“Stop laughing, stop laughing, for fear of the evil eye,” Moji, my grandmother, cautioned, but although all three sisters were prone to superstition, at this time they would calm down only for a moment before starting up again.

Full essay included at the back of the novel.

Top Ten Books in Liberty Books

Khaled Hosseini author of the novels The Kite Runner and And the Mountains Echoed.

Soniah Kamal has written a riveting and deeply engaging novel about the longstanding turmoil in Kashmir and the multi-generational impact of the conflict on one ordinary family. With remarkable poise and elegant, precise prose, Kamal explores identity and exile, hope and disillusionment, and the myriad fault lines in the lives of the people living in the shadow of war. A wonderful novel.

SFK Press Review

Soniah Kamal embodies the ideal voice of the new millennium. Zari Zoon’s compelling journey from haunting disaster in Kashmir to the promise of renewal in America is a rewarding tale for those eager to read outstanding fiction.

Christal Presley author of Thirty Days with My Father: Finding Peace from Wartime PTSD

An Isolated Incident is a gripping, heart breaking tale of the reverberating effects of trauma, and of finding peace in the most unlikely off places. Kamal masterfully weaves this complex story of loss, love and war, and skillfully explores the effects of PTSD, and of losing and finding oneself.

Muneeza Shamsie Journal of Commonwealth Literature.

Soniah Kamal’s powerful and harrowing first novel An Isolated Incident revolves around strife-riven Kashmir, that epicentre of unending conflict between India and Pakistan. A young Kashmiri woman, Zari Zoon is the only survivor of an attack on her family in Srinagar by nameless, unidentified men. Kamal portrays Zari’s trauma with remarkable skill, including the tricks of memory. An accomplished debut.

Ali Eteraz author of the memoir Children of Dust: A Portrait of a Muslim as Young Man

A delicate novel about global conflicts and inner torments, Soniah Kamal’s An Isolated Incident, illuminates not just the history of Kashmir, but also the dislocation of its children. This novel is a welcome and linguistically rich reminder about the varieties of love and the myriad ways we yearn for belonging.

Kola Boof author of the novel Sexy Part of the Bible and memoir Diary of a Lost Girl

I loved An Isolated Incident. Soniah Kamal is a flawlessly intuitive writer whose unpretentious yet shimmering prose sneaks up on you like remembering a simple proverb you’re suddenly old enough to understand.  A magically familiar other world filled with true note characters, I did not want this story to end but the reward is that I will carry it inside me forever. If you’re bound by family yet compelled by your dreams and desires, you will find this lucid and powerfully addictive novel worth every penny.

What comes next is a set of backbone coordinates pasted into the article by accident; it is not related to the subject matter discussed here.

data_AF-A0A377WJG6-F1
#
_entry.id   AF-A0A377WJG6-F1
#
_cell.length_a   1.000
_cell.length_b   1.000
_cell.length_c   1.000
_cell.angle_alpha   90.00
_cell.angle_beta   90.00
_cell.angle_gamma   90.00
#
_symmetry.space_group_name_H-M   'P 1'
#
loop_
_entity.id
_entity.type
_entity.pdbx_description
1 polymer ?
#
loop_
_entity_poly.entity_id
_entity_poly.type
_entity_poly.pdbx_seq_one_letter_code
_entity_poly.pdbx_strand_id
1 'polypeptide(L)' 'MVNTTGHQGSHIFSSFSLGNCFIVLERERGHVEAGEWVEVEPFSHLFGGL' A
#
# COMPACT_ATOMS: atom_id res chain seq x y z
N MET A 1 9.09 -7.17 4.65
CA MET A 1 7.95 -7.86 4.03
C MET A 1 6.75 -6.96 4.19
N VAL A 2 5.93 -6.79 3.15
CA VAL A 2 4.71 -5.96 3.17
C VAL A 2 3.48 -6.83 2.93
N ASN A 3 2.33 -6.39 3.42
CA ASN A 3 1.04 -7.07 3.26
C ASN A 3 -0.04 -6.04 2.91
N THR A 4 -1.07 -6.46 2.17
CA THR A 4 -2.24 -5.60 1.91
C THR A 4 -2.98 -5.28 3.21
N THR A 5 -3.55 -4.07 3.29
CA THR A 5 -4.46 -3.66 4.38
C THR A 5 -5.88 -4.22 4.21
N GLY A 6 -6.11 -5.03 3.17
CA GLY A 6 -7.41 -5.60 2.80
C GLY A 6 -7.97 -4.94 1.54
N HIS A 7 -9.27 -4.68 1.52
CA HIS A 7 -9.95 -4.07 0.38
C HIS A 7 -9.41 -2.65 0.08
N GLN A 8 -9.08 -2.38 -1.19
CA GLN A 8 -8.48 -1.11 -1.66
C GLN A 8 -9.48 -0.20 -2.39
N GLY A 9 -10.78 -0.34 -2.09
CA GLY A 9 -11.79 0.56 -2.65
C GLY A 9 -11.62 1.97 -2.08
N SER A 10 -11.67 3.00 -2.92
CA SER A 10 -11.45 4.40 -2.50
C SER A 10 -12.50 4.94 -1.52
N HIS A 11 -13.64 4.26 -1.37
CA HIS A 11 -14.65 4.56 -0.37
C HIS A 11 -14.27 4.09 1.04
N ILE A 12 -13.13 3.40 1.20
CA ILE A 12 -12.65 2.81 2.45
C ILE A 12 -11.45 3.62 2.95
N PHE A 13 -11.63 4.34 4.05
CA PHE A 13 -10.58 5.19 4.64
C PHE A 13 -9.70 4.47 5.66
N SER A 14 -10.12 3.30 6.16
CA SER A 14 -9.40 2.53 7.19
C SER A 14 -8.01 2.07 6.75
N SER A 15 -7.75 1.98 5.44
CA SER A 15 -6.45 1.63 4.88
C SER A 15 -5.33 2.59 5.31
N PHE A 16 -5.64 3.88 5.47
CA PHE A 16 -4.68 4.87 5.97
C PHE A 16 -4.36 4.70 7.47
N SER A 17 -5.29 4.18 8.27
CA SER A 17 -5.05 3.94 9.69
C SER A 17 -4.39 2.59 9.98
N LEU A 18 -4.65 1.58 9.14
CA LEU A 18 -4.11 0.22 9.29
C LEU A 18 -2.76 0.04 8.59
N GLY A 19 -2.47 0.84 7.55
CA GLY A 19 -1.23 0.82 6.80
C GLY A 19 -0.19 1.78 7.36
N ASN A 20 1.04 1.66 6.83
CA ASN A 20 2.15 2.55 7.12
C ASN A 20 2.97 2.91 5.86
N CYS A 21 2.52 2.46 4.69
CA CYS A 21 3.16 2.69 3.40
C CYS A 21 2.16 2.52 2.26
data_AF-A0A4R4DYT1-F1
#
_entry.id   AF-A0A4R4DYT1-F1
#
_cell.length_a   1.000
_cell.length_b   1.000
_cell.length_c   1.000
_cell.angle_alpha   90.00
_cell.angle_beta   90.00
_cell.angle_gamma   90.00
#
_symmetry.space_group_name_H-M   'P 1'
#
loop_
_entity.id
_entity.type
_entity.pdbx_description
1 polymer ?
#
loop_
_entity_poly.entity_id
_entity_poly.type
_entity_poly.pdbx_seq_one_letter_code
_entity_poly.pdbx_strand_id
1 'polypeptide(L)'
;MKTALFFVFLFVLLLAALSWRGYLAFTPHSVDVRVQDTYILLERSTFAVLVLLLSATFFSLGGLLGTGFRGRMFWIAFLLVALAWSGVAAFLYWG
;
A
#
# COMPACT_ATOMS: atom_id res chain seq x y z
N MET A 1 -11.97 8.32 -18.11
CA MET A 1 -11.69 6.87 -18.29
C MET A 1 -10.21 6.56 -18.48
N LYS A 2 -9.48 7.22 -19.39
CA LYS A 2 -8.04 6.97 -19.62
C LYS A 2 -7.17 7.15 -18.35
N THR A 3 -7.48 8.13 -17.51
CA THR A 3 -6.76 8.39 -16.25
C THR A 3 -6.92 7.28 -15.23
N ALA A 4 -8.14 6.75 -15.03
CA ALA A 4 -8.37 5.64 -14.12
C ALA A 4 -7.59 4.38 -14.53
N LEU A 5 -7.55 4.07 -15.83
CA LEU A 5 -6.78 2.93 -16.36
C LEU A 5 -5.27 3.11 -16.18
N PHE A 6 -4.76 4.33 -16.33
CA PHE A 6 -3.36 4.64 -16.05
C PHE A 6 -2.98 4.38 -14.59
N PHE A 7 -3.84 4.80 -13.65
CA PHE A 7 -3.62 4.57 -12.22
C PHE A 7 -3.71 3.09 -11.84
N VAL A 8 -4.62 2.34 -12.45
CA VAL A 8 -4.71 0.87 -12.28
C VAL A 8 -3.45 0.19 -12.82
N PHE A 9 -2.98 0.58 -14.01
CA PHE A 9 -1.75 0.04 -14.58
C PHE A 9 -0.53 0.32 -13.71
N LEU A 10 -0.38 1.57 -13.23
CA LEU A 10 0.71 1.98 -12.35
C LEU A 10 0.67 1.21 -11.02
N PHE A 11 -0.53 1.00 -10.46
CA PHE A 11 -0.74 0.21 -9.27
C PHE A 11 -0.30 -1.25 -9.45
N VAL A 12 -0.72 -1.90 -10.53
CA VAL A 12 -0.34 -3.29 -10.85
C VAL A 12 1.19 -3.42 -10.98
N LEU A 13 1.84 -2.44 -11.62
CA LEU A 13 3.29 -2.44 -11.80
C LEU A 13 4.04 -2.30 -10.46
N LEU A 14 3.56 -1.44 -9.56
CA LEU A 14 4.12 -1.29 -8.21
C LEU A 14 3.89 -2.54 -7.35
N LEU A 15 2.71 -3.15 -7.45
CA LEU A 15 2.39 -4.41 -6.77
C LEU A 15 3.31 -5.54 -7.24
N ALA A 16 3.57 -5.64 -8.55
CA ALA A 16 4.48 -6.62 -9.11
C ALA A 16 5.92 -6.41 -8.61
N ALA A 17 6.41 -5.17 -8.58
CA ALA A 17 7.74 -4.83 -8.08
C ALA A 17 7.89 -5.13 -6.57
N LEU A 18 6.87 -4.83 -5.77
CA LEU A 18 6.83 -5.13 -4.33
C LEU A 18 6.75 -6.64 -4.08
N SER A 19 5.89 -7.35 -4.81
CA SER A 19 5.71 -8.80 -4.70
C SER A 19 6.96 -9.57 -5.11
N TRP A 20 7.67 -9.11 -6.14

Dipika Mukherjee author of the novel Ode to Broken Things

Wonderful writing, well-developed characters, and a much-needed focus on some geopolitical issues that are rarely covered in fiction. Kamal’s writing is exquisite in places, bringing alive Kashmir as well as life in America. Strongly recommended.

Shikha Malaviya author of the poetry collection Geography of Tongues

An Isolated Incident is a searing exploration of identity, belonging and the many meanings of home in our global world. A bittersweet love story that traverses continents and cultures, it grips the reader in its myriad shades of loss, longing, and redemption. With deep, psychological insight and prose that wraps around you softly like a pashmina shawl, Soniah Kamal has written a hauntingly beautiful novel that stays etched in one’s mind and heart.

Jessica Handler author of Invisible Sisters: A Memoir and Braving the Fire: A Guide to Writing about Grief and Loss.

Soniah Kamal’s An Isolated Incident dazzles. This novel is a lovely read; warm, involving and well crafted. As Zari and Billal, and their families struggle to make sense of their fractured world, we recognize the hope and promise of love. I felt for Zari and Billy– for all of them.

Ayesha Mattu editor and author of Love Inshallah: The Secret Lives of American Muslim Women 

In a captivating debut novel, Soniah Kamal peels back the headlines of the global now with nuance and beauty to explore the enduring human issues of love, war, migrations, faith and fortitude. An Isolated Incident is a lyrical and powerful novel written with razor-sharp intelligence and tenderness. It will linger with you long after you are done.

Anjali Mitter Duva author of Faint Promise of Rain

A very deft and thought-provoking portrayal of how a belief or conviction can be created, nourished, held aloft, fought for, and ultimately shattered

Sayantani Dasgupta author of Fire Girl: Essays on India, America and the In-Between

Filled with rich descriptions and characters, An Isolated Incident is a fast-paced novel. I liked the author’s succinct summary of Kashmir’s problematic history, and her ability to portray the roles of all three political players–India, Pakistan and Independent Kashmir– as equally complex. There are lots of beautiful sentences to love and I can only imagine the hard work that went into constructing the sweeping narrative arc of the novel.